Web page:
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oneliner cat like capability

by gradius85 (Novice)
on Oct 29, 2019 at 17:35 UTC ( #11108074=perlquestion: print w/replies, xml ) Need Help??

gradius85 has asked for the wisdom of the Perl Monks concerning the following question:

I am looking at doing and getting better with oneliners from the command line. I am trying to do the following for a 'cat' like replacement.

perl -pe 'print' dataoutput.txt

However, it prints out each lines twice, which is in the same order as in the file. What am I doing wrong? In addition, I did noticed the following works, but puts a new line between each output

perl -pe 'print "\n"' dataoutput.txt

But that is not what I want as well. This is to understand and learn the concepts of oneliners and get better with Perl

Replies are listed 'Best First'.
Re: oneliner cat like capability
by choroba (Archbishop) on Oct 29, 2019 at 17:49 UTC
    As documented in perlrun, -p already prints the input, so you can just use
    perl -pe "" dataoutput.txt

    Or, if you want to print explicitly, use -n which loops over the input lines but doesn't print:

    perl -ne 'print' dataoutput.txt

    map{substr$_->[0],$_->[1]||0,1}[\*||{},3],[[]],[ref qr-1,-,-1],[{}],[sub{}^*ARGV,3]

        ... or  -pe; (update: but see this!)


        Give a man a fish:  <%-{-{-{-<

      I see what I did wrong or why it works the way I have. However, why is it important to have the 'n' or 'p' before the 'e'? Thank you for the help.

        ... why is it important to have the 'n' or 'p' before the 'e'?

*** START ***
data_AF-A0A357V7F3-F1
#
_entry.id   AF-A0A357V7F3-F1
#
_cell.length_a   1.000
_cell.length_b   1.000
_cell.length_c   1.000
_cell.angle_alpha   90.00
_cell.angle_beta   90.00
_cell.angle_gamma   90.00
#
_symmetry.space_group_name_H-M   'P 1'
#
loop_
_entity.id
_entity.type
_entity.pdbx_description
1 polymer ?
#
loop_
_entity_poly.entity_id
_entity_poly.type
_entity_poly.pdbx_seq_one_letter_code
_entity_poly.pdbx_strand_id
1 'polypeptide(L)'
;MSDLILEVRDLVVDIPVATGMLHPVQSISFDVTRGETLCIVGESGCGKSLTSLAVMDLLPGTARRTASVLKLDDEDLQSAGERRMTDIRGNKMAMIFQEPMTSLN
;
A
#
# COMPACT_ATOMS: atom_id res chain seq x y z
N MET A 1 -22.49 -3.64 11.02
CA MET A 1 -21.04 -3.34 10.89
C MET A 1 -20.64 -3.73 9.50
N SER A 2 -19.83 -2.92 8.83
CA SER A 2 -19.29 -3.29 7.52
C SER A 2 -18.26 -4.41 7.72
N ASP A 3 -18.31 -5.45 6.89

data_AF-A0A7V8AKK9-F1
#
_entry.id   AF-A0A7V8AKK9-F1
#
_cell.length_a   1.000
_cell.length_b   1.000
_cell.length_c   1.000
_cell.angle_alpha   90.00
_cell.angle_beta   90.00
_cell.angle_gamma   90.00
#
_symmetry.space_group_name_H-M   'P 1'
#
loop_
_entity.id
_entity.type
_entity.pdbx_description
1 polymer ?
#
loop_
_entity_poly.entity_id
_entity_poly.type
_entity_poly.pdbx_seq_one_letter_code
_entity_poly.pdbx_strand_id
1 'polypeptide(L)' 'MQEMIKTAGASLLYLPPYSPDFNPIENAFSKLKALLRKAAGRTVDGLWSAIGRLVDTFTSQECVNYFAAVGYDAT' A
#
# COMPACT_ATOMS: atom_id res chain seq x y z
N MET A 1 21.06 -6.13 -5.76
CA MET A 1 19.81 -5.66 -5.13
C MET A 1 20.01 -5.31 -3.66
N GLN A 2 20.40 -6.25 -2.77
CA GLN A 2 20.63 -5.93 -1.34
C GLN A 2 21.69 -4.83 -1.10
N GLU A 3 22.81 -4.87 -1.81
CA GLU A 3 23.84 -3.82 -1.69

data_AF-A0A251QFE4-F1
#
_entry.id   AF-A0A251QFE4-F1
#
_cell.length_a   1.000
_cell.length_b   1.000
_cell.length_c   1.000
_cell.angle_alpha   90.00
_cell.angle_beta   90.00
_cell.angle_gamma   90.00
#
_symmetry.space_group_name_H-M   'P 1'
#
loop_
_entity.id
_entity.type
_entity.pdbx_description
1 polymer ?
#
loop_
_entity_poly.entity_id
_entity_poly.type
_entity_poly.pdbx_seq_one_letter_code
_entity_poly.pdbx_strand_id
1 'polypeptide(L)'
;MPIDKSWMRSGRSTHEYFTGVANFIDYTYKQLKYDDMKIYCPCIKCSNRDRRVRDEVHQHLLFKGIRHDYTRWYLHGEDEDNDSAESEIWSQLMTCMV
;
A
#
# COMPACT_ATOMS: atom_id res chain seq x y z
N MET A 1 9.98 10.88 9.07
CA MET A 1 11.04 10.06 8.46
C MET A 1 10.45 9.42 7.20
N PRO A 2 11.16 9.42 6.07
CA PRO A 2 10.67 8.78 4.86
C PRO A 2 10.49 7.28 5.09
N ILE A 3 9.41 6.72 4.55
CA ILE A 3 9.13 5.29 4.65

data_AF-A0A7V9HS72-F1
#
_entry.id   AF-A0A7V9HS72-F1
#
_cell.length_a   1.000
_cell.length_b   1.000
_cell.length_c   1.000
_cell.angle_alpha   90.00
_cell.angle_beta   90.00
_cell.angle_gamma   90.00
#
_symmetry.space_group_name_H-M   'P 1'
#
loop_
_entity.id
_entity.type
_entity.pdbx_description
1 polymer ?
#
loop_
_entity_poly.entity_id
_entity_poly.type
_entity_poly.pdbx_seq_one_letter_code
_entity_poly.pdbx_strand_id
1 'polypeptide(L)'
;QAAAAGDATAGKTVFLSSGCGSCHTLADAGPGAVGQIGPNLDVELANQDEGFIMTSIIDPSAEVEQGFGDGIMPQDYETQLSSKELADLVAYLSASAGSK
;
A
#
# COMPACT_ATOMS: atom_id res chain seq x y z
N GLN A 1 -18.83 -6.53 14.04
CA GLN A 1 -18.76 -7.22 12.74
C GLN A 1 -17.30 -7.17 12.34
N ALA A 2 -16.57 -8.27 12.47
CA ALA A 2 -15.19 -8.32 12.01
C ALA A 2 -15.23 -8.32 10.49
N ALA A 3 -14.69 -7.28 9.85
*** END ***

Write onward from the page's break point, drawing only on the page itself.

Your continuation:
Per perlrun, the  -e switch expects source text to follow, either with or without a space. The switch sequence  -en means that Perl is trying to execute "n". The effect of this is made more clear with strictures enabled (see strict):

        c:\@Work\Perl\monks>perl -wMstrict -en "print" foo get_bar() Bareword "n" not allowed while "strict subs" in use at -e line 1. Execution of -e aborted due to compilation errors. c:\@Work\Perl\monks>perl -wMstrict -ep foo get_bar() Bareword "p" not allowed while "strict subs" in use at -e line 1. Execution of -e aborted due to compilation errors.

        Update: See jwkrahn's example here of  -pe1 which gives  -e the source 1 (that's a digit 1) to evaluate within the source code framework established by the  -p switch.


        Give a man a fish:  <%-{-{-{-<

        It's not important. You can write the loop yourself:
        perl -e 'print while <>' -- dataoutput.txt

        It's just helpful: if you want to iterate over the input and print always, use -p; if you want to iterate but not print, use -n; otherwise, use neither.

        map{substr$_->[0],$_->[1]||0,1}[\*||{},3],[[]],[ref qr-1,-,-1],[{}],[sub{}^*ARGV,3]
Re: oneliner cat like capability
by Fletch (Chancellor) on Oct 29, 2019 at 18:27 UTC

    Another handy thing to know about is B::Deparse which will dump out the code as perl interprets it. If you use it with your oneliner you can see both print calls (from your argument to -e and the implicit one from -p in the generated continue block).

    $ perl -MO=Deparse -pe 'print' LINE: while (defined($_ = <ARGV>)) { print $_; } continue { die "-p destination: $!\n" unless print $_; } -e syntax OK